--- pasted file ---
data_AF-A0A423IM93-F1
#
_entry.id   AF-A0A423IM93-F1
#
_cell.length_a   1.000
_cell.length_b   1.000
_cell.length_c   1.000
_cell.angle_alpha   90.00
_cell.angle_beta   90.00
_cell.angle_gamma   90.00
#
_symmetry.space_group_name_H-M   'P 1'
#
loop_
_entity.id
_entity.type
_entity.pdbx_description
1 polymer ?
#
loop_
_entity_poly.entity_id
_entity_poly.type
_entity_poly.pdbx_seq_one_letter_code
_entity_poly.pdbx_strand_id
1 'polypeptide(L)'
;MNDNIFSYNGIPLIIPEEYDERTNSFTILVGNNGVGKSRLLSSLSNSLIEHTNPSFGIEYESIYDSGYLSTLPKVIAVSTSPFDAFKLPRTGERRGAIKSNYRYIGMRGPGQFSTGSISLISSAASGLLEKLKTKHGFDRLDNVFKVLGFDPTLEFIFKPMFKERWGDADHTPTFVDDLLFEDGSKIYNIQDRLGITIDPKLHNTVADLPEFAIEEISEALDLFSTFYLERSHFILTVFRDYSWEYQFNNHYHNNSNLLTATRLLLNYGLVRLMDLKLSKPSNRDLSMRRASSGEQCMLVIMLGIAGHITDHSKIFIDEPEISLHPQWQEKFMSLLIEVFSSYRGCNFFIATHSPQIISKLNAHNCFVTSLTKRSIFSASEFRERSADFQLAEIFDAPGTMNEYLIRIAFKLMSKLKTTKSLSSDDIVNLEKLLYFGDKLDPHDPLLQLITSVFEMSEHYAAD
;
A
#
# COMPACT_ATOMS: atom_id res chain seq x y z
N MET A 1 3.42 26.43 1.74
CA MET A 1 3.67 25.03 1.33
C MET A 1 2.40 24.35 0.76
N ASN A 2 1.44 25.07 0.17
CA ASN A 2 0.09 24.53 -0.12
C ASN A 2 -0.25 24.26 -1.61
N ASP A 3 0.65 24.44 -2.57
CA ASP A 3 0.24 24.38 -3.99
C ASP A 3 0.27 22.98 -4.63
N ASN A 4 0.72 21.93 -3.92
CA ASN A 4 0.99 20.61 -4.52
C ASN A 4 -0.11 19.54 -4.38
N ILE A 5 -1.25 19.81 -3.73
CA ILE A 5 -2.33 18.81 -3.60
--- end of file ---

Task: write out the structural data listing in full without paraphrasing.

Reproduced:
data_AF-A0A423IM93-F1
#
_entry.id   AF-A0A423IM93-F1
#
_cell.length_a   1.000
_cell.length_b   1.000
_cell.length_c   1.000
_cell.angle_alpha   90.00
_cell.angle_beta   90.00
_cell.angle_gamma   90.00
#
_symmetry.space_group_name_H-M   'P 1'
#
loop_
_entity.id
_entity.type
_entity.pdbx_description
1 polymer ?
#
loop_
_entity_poly.entity_id
_entity_poly.type
_entity_poly.pdbx_seq_one_letter_code
_entity_poly.pdbx_strand_id
1 'polypeptide(L)'
;MNDNIFSYNGIPLIIPEEYDERTNSFTILVGNNGVGKSRLLSSLSNSLIEHTNPSFGIEYESIYDSGYLSTLPKVIAVSTSPFDAFKLPRTGERRGAIKSNYRYIGMRGPGQFSTGSISLISSAASGLLEKLKTKHGFDRLDNVFKVLGFDPTLEFIFKPMFKERWGDADHTPTFVDDLLFEDGSKIYNIQDRLGITIDPKLHNTVADLPEFAIEEISEALDLFSTFYLERSHFILTVFRDYSWEYQFNNHYHNNSNLLTATRLLLNYGLVRLMDLKLSKPSNRDLSMRRASSGEQCMLVIMLGIAGHITDHSKIFIDEPEISLHPQWQEKFMSLLIEVFSSYRGCNFFIATHSPQIISKLNAHNCFVTSLTKRSIFSASEFRERSADFQLAEIFDAPGTMNEYLIRIAFKLMSKLKTTKSLSSDDIVNLEKLLYFGDKLDPHDPLLQLITSVFEMSEHYAAD
;
A
#
# COMPACT_ATOMS: atom_id res chain seq x y z
N MET A 1 3.42 26.43 1.74
CA MET A 1 3.67 25.03 1.33
C MET A 1 2.40 24.35 0.76
N ASN A 2 1.44 25.07 0.17
CA ASN A 2 0.09 24.53 -0.12
C ASN A 2 -0.25 24.26 -1.61
N ASP A 3 0.65 24.44 -2.57
CA ASP A 3 0.24 24.38 -3.99
C ASP A 3 0.27 22.98 -4.63
N ASN A 4 0.72 21.93 -3.92
CA ASN A 4 0.99 20.61 -4.52
C ASN A 4 -0.11 19.54 -4.38
N ILE A 5 -1.25 19.81 -3.73
CA ILE A 5 -2.33 18.81 -3.60